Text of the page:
Content security outfit NAGRA has long been involved in the anti-piracy business. More recently the company has become involved in tackling the online streaming phenomenon, with a focus on piracy carried out via augmented Kodi setups and illicit IPTV. TorrentFreak caught up with the company to find out more.
Nagravision or NAGRA is one of the best known companies operating in the digital cable and satellite television content security space. Due to successes spanning several decades, the company has often proven unpopular with pirates.
In particular, Nagravision encryption systems have regularly been a hot topic for discussion on cable and satellite hacking forums, frustrating those looking to receive pay TV services without paying the high prices associated with them. However, the rise of the Internet is now presenting new challenges.
NAGRA still protects traditional cable and satellite pay TV services in 2017; Virgin Media in the UK is a long-standing customer, for example. But the rise of Internet streaming means that pirate content can now be delivered to the home with ease, completely bypassing the entire pay TV provider infrastructure. And, by extension, NAGRA’s encryption.
This means that NAGRA has been required to spread its wings.
As reported in April, NAGRA is establishing a lab to monitor and detect unauthorized consumption of content via set-top boxes, websites and other streaming platforms. That covers the now omnipresent Kodi phenomenon, alongside premium illicit IPTV services. TorrentFreak caught up with the company this week to find out more.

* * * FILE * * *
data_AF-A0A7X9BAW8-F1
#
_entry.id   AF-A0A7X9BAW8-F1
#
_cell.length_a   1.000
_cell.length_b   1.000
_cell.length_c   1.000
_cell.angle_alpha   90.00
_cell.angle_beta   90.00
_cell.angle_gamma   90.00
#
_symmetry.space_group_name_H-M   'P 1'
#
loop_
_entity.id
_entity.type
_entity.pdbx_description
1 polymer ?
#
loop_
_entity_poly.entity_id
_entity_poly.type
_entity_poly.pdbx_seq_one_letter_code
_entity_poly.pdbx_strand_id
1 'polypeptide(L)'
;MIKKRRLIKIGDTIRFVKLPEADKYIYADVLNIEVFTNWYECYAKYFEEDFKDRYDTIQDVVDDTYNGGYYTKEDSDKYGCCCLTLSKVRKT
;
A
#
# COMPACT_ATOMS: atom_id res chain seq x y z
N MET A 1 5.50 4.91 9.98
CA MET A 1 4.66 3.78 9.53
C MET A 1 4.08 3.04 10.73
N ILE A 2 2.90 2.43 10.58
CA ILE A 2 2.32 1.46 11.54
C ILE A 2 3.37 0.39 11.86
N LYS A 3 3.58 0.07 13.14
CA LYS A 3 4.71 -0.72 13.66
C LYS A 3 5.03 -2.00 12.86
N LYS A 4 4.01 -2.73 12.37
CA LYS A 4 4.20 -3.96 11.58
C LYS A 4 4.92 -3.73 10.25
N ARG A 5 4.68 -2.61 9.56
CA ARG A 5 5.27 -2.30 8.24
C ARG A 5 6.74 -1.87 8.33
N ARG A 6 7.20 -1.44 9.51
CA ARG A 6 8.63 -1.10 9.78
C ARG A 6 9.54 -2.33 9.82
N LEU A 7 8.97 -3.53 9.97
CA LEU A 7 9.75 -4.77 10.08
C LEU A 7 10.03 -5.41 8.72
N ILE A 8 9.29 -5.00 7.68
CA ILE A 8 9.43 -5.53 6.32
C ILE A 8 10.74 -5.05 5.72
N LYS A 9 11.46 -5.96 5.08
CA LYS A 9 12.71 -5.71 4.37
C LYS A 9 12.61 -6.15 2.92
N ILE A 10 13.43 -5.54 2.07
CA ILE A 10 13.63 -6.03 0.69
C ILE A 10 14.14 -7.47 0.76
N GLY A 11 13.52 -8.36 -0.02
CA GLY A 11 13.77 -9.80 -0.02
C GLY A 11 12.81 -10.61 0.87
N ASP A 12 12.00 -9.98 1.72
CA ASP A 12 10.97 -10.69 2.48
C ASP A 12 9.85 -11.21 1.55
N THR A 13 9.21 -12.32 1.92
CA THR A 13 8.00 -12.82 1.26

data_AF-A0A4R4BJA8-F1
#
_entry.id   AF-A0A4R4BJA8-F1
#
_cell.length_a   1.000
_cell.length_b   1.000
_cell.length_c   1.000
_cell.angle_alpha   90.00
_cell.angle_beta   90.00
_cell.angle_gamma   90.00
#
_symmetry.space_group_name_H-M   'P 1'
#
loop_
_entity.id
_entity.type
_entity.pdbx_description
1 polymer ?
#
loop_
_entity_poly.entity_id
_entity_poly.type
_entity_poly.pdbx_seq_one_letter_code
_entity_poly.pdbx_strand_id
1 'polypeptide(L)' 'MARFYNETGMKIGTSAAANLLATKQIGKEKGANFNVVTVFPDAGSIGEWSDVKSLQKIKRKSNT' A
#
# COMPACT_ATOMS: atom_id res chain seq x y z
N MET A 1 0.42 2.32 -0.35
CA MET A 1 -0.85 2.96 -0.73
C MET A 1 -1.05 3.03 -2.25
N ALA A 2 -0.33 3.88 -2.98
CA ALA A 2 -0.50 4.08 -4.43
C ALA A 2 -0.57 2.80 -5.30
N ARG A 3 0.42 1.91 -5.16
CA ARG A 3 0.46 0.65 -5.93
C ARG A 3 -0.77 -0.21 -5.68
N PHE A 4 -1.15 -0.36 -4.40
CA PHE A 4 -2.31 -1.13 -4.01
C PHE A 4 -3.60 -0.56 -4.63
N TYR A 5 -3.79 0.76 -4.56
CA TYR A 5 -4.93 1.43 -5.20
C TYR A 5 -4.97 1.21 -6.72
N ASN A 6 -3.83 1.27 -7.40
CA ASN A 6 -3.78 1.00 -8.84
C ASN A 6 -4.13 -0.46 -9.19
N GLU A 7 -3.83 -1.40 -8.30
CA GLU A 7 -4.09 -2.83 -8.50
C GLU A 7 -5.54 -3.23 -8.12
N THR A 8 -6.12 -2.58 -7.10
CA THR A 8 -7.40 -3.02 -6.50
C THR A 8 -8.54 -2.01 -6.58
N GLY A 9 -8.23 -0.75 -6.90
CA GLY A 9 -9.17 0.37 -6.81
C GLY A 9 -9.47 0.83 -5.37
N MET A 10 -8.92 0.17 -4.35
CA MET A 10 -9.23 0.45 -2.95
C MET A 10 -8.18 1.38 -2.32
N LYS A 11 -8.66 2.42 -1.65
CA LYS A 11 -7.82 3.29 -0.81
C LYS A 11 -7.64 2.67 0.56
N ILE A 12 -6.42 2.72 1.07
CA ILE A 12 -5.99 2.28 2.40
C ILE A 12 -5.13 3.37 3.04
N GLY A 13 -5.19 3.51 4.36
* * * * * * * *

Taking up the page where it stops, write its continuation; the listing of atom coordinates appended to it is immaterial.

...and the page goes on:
“NAGRA has an automated monitoring platform that scans all live channels and VOD assets available on Kodi,” NAGRA’s Ivan Schnider informs TF.
“The service we offer to our customers automatically finds illegal distribution of their content on Kodi and removes infringing streams.”
In the first instance, NAGRA sends standard takedown notices to hosting services to terminate illicit streams. The company says that while some companies are very cooperative, others are less so. When meeting resistance, NAGRA switches to more coercive methods, described here by Christopher Schouten, NAGRA Senior Director Product Marketing.
“Takedowns are generally sent to streaming platforms and hosting servers. When those don’t work, Advanced Takedowns allow us to use both technical and legal means to get results,” Schouten says.
“Numerous stories in recent days show how for instance popular Kodi plug-ins have been removed by their authors because of the mere threat of legal actions like this.”
At the center of operations is NAGRA’s Piracy Intelligence Portal, which offers customers a real-time view of worldwide online piracy trends, information on the infrastructure behind illegal services, as well as statistics and status of takedown requests.
“We measure takedown compliance very carefully using our Piracy Intelligence Portal, so we can usually predict the results we will get. We work on a daily basis to improve relationships and interfaces with those who are less compliant,” Schouten says.
“Using forensic watermarking to trace the source of the leak, we will be able to completely shut down the ‘leak’ at the source, independently and within minutes of detection,” Schouten says.